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Clinton pledges US help to fight illegal drug, weapons trade in Caribbean

BRIDGETOWN, Barbados (AP) — Alarmed by a dramatic increase in narcotics-related violence in the Caribbean, the Obama administration is pledging to help island nations combat drug and weapons traffickers.

U.S. Secretary of State Hillary Rodham Clinton, in Barbados for a regional meeting of foreign ministers, unveiled the administration's $124 million Caribbean Basin Security Initiative on Thursday, intended to help countries counter the illegal narcotics and arms trade and help prosecute offenders.

"We all know well that addressing transnational security challenges in the 21st century requires a comprehensive approach," Clinton said.

The program augments similar U.S. cooperation efforts in Mexico, Central America and Colombia and helps Caribbean countries deal with any increase in crime that results from successes there.

Caribbean islands had one of their bloodiest years on record in 2009 as they battled drug-fueled crime, with Jamaica, the Bahamas and Puerto Rico hitting or coming close to all-time highs for homicides.

Last weekend, Jamaican authorities imposed a temporary curfew in troubled slums of the capital Kingston as security forces hunted for reputed drug lord Christopher "Dudus" Coke. He is wanted in the U.S. on drug and arms trafficking charges.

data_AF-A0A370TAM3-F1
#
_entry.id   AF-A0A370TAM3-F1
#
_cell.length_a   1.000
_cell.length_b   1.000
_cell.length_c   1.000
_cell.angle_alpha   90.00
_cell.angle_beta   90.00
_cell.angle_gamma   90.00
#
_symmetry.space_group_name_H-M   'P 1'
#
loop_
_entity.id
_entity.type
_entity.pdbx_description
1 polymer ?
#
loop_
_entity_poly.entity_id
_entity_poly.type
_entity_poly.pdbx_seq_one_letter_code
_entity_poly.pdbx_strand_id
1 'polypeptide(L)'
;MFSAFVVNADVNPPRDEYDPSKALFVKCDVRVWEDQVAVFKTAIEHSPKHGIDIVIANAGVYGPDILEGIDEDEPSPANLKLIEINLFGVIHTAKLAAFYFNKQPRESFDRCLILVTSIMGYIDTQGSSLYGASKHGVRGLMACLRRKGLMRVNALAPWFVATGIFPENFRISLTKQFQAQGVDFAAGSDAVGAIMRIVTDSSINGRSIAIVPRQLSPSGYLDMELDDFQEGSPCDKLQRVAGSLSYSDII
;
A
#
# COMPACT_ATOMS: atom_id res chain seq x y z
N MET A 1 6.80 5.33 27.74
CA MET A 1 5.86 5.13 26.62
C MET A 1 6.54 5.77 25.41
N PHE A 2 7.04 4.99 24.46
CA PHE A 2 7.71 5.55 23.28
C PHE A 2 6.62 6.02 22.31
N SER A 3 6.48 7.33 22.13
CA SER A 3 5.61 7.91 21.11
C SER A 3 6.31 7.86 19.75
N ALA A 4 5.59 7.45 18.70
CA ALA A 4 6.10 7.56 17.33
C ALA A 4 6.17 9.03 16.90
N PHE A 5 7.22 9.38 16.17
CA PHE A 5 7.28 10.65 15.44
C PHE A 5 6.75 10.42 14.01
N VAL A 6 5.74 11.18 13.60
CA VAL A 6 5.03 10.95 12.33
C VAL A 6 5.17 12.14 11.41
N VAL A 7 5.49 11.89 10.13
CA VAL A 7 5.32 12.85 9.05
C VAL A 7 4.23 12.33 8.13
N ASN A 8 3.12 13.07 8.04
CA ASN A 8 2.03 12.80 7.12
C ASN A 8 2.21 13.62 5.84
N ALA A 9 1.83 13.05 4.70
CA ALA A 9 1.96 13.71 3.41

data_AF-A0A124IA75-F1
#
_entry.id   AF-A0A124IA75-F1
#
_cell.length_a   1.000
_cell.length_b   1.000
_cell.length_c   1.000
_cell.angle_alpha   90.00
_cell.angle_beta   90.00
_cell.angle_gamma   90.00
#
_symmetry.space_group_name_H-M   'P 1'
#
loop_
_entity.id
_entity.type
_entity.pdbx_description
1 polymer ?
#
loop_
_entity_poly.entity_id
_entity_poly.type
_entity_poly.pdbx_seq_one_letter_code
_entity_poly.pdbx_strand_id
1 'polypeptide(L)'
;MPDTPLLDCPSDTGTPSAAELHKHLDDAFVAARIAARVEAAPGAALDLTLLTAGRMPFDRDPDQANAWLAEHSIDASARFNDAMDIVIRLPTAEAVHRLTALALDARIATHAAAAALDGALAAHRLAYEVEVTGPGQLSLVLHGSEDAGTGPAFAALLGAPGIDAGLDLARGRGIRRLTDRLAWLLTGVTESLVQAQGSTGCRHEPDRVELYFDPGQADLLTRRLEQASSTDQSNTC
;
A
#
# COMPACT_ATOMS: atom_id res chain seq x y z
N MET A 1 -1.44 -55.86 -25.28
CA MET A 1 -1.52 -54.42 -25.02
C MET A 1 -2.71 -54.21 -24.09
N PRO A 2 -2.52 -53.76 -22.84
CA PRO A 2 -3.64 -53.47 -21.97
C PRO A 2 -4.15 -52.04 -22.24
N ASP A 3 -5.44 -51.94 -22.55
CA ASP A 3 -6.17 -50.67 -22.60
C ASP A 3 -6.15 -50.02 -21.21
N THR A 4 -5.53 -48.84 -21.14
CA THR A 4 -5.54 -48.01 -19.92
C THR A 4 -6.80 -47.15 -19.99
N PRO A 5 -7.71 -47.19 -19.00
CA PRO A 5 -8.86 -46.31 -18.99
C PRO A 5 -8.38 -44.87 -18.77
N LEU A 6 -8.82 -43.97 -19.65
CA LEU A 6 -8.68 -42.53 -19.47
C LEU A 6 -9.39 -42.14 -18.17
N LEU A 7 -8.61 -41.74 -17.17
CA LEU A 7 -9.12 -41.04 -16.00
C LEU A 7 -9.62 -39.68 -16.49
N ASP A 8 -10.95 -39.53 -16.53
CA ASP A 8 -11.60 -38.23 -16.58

Jamaican police and soldiers hunting for Coke in a raid of the West Kingston slums triggered four days of street battles in which authorities say 73 civilians and three security officers were killed.

The deteriorating situation in the region reflects the drug trade's deep entrenchment, with high murder rates becoming a fact of life in the tourist havens that traffickers use as transit points for South American drugs bound for Europe and the United States.

Clinton also expressed sympathy Thursday with Caribbean nations about the potential impact of the Gulf oil spill on their shores. Some scientists fear the spill could affect the Bahamas and Jamaica.

Antigua and Barbuda Prime Minister Baldwin Spencer said there was "anxiety" in the region over the spreading oil. "Clearly, we are concerned about the possibility of it reaching our shores," he said.

Clinton said the Obama administration was doing what it could to contain the spill and limit the damage. She also called for the U.S. and the Caribbean to adopt new contingency plans to replace "out-of-date" preparations for spills that focused mainly on leaks from oil tankers.

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